(The next one is a book my husband received for Christmas, as are the Heritage and Pyle, further down, which were from me. Yes, I read them as well. What of it?)

 

Lost in Translation by Charlie Croker – This has had us in tears of laughter. It lists examples of English being misused abroad, e.g. on signs, instructions and product marketing. China and Japan are the worst repeat offenders, but there are hilarious examples from around the world. Croker has divided the book into thematic chapters, so the weird translated phrases and downright gobbledygook are grouped around topics like food, hotels and medical advice. A lot of times you can see why mistakes came about, through the choice of almost-but-not-quite-right synonyms or literal interpretation of a saying, but sometimes the mind boggles. Two favorites: (in an Austrian hotel) “Not to perambulate the corridors in the hours of repose in the boots of ascension” and (on a menu in Macao) “Utmost of chicken fried in bother.”

 

All the Water in the World by Karen Raney – Like The Fault in Our Stars (though not YA), this is about a teen with cancer. Sixteen-year-old Maddy is eager for everything life has to offer, so we see her having her first relationship – with Jack, her co-conspirator on an animation project to be used in an environmental protest – and contacting Antonio, the father she never met. Sections alternate narration between her and her mother, Eve. I loved the suburban D.C. setting and the e-mails between Maddy and Antonio. Maddy’s voice is sweet yet sharp, and, given that the main story is set in 2011, the environmentalism theme seems to anticipate last year’s flowering of youth participation. However, about halfway through there’s a ‘big reveal’ that fell flat for me because I’d guessed it from the beginning.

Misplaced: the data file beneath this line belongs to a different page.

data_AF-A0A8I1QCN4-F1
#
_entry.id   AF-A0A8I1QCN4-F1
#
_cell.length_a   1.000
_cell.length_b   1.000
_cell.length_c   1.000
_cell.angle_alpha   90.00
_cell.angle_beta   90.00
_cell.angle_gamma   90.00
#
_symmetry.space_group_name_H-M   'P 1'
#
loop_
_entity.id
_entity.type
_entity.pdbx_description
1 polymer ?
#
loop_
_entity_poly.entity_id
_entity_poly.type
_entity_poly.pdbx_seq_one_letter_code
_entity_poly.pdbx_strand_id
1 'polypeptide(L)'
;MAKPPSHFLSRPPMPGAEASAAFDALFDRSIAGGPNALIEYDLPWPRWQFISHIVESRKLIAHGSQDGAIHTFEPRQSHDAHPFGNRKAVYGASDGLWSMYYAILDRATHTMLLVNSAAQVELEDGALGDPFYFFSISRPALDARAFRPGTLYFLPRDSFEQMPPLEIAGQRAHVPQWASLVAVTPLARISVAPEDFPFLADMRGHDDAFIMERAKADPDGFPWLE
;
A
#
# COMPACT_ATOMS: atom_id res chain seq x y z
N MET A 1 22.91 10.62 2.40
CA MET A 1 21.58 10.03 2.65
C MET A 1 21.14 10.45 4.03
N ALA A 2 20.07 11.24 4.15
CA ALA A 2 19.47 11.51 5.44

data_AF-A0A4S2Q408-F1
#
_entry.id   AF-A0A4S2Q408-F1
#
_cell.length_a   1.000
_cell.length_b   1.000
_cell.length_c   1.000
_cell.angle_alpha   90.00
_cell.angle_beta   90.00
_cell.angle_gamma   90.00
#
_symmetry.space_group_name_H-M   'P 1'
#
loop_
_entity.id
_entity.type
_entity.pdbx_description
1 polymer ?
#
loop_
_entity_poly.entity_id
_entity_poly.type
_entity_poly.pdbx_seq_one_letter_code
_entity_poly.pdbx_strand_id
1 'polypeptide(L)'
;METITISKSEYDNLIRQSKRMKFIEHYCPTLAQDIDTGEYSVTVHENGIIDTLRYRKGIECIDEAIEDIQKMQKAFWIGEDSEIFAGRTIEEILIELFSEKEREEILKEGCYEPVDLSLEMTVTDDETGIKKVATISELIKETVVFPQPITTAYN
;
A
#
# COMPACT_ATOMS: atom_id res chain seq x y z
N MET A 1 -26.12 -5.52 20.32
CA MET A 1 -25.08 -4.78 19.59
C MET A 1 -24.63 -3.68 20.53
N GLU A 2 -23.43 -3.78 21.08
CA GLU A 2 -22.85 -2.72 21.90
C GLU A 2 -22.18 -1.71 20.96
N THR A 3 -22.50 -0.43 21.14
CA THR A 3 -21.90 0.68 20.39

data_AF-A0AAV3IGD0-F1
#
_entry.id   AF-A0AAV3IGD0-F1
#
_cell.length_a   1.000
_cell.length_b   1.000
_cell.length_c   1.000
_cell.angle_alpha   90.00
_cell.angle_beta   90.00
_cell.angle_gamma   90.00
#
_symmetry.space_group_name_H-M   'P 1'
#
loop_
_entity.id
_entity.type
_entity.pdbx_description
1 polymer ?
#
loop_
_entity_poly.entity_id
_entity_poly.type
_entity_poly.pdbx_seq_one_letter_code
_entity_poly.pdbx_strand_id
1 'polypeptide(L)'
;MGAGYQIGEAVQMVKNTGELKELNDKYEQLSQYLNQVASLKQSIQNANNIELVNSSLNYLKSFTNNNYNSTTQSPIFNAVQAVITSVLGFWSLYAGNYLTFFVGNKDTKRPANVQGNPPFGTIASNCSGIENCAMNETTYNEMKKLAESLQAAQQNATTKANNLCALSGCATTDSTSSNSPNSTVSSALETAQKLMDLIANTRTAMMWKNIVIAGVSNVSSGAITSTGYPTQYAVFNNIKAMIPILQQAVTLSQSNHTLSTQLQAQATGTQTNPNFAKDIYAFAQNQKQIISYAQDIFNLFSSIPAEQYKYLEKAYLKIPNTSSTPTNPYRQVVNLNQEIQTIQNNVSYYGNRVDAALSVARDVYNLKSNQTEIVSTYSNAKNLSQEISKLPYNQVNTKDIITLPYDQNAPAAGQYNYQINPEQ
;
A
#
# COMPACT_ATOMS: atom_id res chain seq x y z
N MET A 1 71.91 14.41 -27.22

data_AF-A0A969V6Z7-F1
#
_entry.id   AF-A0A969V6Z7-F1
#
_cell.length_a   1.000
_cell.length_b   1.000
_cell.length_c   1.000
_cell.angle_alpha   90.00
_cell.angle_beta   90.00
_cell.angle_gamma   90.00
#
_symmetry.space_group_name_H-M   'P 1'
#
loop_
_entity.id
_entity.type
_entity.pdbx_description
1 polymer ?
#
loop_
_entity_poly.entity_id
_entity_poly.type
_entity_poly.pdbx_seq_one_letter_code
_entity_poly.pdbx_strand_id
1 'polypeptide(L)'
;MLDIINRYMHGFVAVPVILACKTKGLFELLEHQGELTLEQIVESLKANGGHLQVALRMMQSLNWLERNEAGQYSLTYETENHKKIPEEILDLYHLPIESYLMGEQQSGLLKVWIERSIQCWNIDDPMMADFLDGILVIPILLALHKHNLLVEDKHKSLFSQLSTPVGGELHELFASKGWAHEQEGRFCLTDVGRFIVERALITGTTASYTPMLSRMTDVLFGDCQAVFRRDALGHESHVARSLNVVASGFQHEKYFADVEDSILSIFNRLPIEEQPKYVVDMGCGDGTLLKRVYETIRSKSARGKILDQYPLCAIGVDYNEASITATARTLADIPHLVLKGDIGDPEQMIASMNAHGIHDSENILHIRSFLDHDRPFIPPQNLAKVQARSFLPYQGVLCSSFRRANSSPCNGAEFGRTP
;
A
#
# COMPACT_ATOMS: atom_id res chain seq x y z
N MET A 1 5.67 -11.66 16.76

This was published on the 9th. My thanks to Two Roads for the proof copy for review.

 

Strange Planet by Nathan W. Pyle – I love these simple cartoons about aliens and the sense they manage to make of Earth and its rituals. The humor mostly rests in their clinical synonyms for everyday objects and activities (parenting, exercise, emotions, birthdays, office life, etc.). Pyle definitely had fun with a thesaurus while putting these together. It’s also about gentle mockery of the things we think of as normal: consider them from one remove, and they can be awfully strange. My favorites are still about the cat. You can also see his work on Instagram.

 

Bedtime Stories for Worried Liberals by Stuart Heritage – I bought this for my husband purely for the title, which couldn’t be more apt for him. The stories, a mix of adapted fairy tales and new setups, are mostly up-to-the-minute takes on US and UK politics, along with some digs at contemporary hipster culture and social media obsession. Heritage quite cleverly imitates the manner of speaking of both Boris Johnson and Donald Trump. By its nature, though, the book will only work for those who know the context (so I can’t see it succeeding outside the UK) and will have a short shelf life as the situations it mocks will eventually fade into collective memory. So, amusing but not built to last. I particularly liked “The Night Before Brexmas” and its all-too-recognizable picture of intergenerational strife.

 

My Sister, the Serial Killer by Oyinkan Braithwaite – The Booker Prize longlist and the Women’s Prize shortlist? You must be kidding me! The plot is enjoyable enough: a Nigerian nurse named Korede finds herself complicit in covering up her gorgeous little sister Ayoola’s crimes – her boyfriends just seem to end up dead somehow; what a shame! – but things get complicated when Ayoola starts dating the doctor Korede has a crush on and the comatose patient to whom Korede had been pouring out her troubles wakes up. My issue was mostly with the jejune writing, which falls somewhere between high school literary magazine and television soap (e.g. “My hands are cold, so I rub them on my jeans” & “I have found that the best way to take your mind off something is to binge-watch TV shows”).